LP Review: Piero Umiliani - Il Marchio di Kriminal

Piero Umiliani - Il Marchio di Kriminal
(Cinedelic Records CNPD003. LP review by Andrew Cartmel)

Italian composer, arranger and keyboard wizard Piero Umiliani (1926-2001) will probably be forever remembered for his groovy wordless vocal composition Mah-Nà Mah-Nà, which was so memorably covered by the Muppets. What is less widely known is that he was one of the leading lights of the Italian jazz scene. Like many of his compatriots he subsidised his jazz habit through his prolific film score work. Piero Umiliani conspicuously combined both these areas of music when he collaborated with the likes of Helen Merrill, Gato Barbieri and, most notably, Chet Baker. Umiliani worked with him on a number of soundtracks for Italian movies — and Nicolas Pillai has written about these for LondonJazz News  here.

Regrettably Chet wasn’t available to play on Il Marchio di Kriminal a low budget screen thriller of the kind known in Italy as a giallo — a reference to the lurid yellow covers of the pulp magazines that defined the genre. Made in 1968 and directed by Fernando Cerchio, it was the third in a successful film series. Fragments of a map hidden in a porcelain figurine, final death-leaps from an architectural site in Beirut, that kind of thing. Previous instalments had featured excellent scores by Roberto Pregadio and Romano Mussolini — that’s right, Il Duce’s son, and no mean jazz pianist — but it’s with this entry that the series hits its musical peak. Long thought lost, the master tapes containing the music were recently discovered in the composer’s archives and are now available to the public, on vinyl no less. Combining jazz with 1960s beats and a hint of bossa, the score is a classic of its kind and a potential 21st Century lounge music hit.

Working on soundtracks was a largely anonymous task. The tracks on this record don’t even have individual titles, just sequence numbers. And the names of the musicians who played on it have not survived. However, we know they would have been the elite of the jazz and session scenes at the time, and given the date of the film we can make some educated guesses about who played what. The piano will be by Umiliani himself, naturally. The wonderful Hammond organ that pervades the piece could also be by Umiliani, but at this date it is likely to be by Antonello Vannuchi who was also adroit on vibes, which play a major role here. The equally groovy guitar is almost certainly Enzo Grillini, while the other regular members of Umiliani’s rhythm section,Giovanni Tommaso on bass and Bruno Biriaco on drums, are a pretty good bet. The trumpet, sadly not by Chet Baker, might be the great Italian soloist Oscar Valdambrini. Tenor sax could be the equally renowned Gianni Basso but, given the period, might even be the aforementioned Gato Barbieri.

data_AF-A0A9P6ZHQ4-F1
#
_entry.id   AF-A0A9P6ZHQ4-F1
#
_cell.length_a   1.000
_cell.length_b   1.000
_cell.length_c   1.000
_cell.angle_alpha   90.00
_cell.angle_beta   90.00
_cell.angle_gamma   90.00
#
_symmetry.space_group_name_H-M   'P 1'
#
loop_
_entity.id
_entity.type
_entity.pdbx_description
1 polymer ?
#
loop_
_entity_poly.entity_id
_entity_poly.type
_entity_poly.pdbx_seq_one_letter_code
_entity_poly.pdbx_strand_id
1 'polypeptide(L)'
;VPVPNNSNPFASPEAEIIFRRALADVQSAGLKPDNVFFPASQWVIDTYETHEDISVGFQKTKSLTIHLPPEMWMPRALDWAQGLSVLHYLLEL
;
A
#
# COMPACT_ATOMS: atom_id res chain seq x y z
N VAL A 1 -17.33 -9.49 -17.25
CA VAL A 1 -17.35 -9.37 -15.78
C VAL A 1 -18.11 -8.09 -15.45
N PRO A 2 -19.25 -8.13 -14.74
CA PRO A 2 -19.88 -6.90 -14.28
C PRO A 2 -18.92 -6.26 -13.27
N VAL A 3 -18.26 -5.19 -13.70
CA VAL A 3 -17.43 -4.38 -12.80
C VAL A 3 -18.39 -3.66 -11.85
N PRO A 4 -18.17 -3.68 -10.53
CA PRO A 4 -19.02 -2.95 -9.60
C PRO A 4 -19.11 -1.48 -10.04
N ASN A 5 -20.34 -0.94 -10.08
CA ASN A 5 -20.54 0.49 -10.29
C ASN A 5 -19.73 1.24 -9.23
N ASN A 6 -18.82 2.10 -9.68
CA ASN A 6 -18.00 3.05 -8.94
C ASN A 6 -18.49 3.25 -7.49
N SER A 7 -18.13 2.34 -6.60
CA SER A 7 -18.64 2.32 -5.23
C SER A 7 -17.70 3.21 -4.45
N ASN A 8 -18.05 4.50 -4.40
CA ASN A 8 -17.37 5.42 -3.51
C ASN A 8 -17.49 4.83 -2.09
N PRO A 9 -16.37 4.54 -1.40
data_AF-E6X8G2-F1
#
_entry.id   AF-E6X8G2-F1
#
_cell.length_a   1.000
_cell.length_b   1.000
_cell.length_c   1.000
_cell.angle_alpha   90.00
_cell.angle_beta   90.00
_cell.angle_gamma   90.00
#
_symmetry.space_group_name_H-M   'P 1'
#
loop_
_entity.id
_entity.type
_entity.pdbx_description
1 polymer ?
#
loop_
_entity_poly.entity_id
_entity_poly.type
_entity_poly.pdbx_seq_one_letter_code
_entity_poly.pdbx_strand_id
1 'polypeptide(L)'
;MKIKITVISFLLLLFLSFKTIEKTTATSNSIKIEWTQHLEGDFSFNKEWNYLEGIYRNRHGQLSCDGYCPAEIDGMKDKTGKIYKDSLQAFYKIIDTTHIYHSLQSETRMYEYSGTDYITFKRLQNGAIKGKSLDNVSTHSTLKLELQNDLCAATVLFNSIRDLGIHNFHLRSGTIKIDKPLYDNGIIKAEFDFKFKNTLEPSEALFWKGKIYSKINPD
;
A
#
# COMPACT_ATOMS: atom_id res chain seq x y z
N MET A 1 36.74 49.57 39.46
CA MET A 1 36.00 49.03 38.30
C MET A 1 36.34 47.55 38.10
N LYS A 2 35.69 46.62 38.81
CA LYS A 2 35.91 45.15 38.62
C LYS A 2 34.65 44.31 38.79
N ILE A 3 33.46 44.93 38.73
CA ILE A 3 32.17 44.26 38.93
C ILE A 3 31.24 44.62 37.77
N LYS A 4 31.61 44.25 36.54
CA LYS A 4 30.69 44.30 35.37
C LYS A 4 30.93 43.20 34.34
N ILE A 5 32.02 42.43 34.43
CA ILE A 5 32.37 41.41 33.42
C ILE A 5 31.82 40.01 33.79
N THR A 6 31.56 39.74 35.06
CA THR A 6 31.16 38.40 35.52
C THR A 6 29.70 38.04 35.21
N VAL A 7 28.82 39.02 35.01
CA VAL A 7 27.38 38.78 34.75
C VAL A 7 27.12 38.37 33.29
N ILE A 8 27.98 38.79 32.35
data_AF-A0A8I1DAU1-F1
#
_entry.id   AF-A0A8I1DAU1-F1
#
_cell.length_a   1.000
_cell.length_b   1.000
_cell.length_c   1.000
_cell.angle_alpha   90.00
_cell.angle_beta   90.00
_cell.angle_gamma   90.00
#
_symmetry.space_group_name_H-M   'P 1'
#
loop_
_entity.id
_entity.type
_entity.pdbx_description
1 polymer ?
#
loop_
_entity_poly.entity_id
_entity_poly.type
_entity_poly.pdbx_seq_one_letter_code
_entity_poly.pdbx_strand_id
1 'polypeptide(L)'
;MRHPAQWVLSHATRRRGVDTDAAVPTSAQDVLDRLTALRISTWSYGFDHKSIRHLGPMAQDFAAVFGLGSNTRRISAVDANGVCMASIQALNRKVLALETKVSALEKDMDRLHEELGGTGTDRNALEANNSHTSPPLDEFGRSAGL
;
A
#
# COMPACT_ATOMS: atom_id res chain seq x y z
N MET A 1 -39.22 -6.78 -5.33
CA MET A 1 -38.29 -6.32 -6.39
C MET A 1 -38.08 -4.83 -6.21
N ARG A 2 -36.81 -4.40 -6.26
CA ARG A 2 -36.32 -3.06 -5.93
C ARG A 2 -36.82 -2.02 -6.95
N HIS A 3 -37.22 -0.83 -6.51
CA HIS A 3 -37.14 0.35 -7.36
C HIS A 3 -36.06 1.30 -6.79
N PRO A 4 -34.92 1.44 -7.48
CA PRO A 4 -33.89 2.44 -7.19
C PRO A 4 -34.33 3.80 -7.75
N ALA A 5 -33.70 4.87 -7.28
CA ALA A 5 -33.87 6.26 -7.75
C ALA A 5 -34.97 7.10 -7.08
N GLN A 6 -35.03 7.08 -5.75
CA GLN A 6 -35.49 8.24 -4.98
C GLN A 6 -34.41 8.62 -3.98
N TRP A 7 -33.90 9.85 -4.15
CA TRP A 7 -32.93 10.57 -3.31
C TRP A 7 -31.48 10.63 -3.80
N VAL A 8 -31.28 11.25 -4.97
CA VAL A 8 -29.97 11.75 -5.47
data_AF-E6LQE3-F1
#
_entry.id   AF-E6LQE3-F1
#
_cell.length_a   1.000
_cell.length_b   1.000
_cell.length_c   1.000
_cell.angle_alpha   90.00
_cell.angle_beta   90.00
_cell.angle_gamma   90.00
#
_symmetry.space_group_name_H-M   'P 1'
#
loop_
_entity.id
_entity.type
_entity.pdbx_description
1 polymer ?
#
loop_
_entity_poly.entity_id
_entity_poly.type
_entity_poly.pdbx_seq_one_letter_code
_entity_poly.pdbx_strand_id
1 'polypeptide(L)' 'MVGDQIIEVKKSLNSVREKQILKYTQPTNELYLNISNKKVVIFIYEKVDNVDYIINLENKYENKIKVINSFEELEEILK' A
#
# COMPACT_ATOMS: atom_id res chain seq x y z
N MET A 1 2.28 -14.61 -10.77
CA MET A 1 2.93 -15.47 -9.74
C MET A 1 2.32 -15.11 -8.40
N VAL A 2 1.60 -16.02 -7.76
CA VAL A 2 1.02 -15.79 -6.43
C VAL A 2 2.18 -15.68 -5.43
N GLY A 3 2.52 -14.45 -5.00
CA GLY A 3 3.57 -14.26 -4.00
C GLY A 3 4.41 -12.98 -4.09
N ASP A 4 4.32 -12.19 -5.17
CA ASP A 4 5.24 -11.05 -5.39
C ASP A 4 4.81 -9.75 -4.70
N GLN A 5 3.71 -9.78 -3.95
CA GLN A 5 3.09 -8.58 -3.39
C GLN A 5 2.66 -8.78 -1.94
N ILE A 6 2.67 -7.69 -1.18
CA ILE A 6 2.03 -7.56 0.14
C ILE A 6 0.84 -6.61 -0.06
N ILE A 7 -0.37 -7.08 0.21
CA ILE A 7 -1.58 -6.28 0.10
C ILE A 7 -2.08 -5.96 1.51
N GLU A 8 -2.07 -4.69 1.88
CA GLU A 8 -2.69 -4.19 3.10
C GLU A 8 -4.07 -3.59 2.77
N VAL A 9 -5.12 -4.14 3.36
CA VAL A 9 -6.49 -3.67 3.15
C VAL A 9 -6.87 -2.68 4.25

The album begins with tight drumming, a mirage-haze of strings and a blaze of electric guitar and Hammond organ. The bopping, serpentine, wordless female vocals that are a trademark of the score leave their stamp almost immediately. Edda Dell’Orso was the most famous exponent of this craft, and her sensuous voice may well be in the mix here.

On Sequence 2 chiming bells, angst-ridden strings and eerie gongs give a trippy winding-down feeling that takes us down into sinister territory where maracas suggest a rattlesnake about to strike. The beautiful whistling which features throughout makes its debut, woven around the Hammond. Identifying the whistler is relatively easy, since the virtuosic Alessandro Alessandroni was the go-to guy for such effects. (You will have heard him on Ennio Morricone’s spaghetti western scores.) Then the scat vocals and Hammond perform a seduction routine which devolves into African style percussion and the flute once again emphatically distinguishes itself. Sequence 8, which wraps up Side 1, is a master class in percussion, notably using what sounds like a bamboo guiro shaker.

If the first side of the album is a crazed sixties classic, the second is a tour de force of melody and mood. We have the sexiest of scat vocals, which seem to tremble on the edge of meaning, about to form warm words. Bongos and precision vibes lay the groundwork for the Hammond and then, in a juxtaposition that’s worthy of Charles Ives, Spanish style guitar and trumpet. Latin inflected flute restores normality before the most romantic of saxophone and lounge piano play a club ballad in Sequence 10 which seems to cry out for a torch singer and indeed appears to be a quote from the jazz standard Everything Happens to Me. Minatory Hammond and trembling bongos remind us we’re in a suspense movie, though, and menacing metronomic guitar, guiro and electric bass hypnotically lure us towards our doom, before the propulsive, boogying Hammond and lighter-than-air flute come to the rescue.

The record, and presumably the movie, ends with rapturous exotica vibes and high pitched electric organ combining with a snake charmer’s flute to lull the listener before a full-on attack of guitar, drums and brass. Mysterious Twilight Zone runs on the Hammond chill us one last time before things get hip again. The organ parades with an echoing fade, as the music disappears down a nocturnal alley, literally whistling in the dark, like an insouciant stray cat, tail twitching arrogantly.

As the illustration above reveals, Il Marchio di Kriminal has been released on vinyl in the form of an eye-popping picture disc. The received audiophile wisdom is that only pure black vinyl has the best sound and that coloured or picture discs are a no-no. This release decisively puts that theory back on the shelf. The record is noise free, cleanly defined and dynamic with excellent sound. A great listening experience. Also available on CD (Beat Records CDCR107).

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